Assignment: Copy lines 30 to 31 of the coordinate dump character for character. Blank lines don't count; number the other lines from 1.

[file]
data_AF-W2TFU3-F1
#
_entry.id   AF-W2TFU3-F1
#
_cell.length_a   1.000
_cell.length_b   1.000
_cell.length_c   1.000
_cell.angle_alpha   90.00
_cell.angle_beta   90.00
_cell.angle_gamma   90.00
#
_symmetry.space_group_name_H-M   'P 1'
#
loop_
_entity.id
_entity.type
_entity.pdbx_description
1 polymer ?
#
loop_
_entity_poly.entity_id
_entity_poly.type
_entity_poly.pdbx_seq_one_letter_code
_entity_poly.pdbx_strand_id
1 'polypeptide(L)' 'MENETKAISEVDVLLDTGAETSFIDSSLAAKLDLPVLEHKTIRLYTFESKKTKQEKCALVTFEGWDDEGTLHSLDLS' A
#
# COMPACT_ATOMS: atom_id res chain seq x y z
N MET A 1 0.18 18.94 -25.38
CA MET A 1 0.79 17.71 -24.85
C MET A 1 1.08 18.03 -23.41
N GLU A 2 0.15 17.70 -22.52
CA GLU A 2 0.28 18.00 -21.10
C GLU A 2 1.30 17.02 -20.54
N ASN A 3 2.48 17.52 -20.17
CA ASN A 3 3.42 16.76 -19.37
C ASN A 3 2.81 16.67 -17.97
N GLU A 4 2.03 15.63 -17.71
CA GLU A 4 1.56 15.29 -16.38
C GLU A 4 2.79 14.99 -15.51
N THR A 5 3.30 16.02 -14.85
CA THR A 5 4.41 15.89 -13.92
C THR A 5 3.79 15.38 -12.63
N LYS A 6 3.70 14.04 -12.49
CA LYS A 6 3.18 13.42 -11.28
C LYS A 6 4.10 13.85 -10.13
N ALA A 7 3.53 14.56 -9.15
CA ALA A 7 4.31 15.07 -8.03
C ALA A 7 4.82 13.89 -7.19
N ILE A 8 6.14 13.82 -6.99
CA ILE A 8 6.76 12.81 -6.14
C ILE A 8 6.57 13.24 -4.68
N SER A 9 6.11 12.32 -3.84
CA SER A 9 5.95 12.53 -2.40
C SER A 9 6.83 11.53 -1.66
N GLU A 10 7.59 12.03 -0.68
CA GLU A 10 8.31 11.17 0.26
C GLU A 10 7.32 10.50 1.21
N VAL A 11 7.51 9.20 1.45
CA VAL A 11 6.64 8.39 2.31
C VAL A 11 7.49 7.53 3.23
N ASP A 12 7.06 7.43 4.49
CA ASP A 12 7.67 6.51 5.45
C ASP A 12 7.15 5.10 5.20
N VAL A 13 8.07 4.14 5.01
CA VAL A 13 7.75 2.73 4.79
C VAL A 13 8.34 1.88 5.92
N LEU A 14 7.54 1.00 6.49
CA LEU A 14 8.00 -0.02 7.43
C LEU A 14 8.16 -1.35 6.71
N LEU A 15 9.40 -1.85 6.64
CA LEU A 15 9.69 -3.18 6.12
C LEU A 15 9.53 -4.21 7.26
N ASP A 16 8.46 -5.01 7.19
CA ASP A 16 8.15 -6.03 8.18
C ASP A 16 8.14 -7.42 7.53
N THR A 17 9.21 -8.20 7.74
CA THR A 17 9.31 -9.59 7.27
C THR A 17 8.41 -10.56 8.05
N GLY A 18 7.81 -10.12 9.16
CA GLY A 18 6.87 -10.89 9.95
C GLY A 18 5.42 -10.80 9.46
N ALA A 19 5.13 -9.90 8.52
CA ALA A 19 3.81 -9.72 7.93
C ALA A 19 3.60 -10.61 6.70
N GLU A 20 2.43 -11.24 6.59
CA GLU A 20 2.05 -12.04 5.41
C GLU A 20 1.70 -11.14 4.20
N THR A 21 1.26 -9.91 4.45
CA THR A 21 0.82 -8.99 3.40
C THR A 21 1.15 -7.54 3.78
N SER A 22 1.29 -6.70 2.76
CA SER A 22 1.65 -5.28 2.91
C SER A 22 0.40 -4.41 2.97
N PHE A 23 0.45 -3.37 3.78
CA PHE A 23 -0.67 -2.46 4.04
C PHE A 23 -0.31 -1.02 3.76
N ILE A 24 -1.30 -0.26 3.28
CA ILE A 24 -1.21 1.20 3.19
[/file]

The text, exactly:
C MET A 1 1.08 18.03 -23.41
N GLU A 2 0.15 17.70 -22.52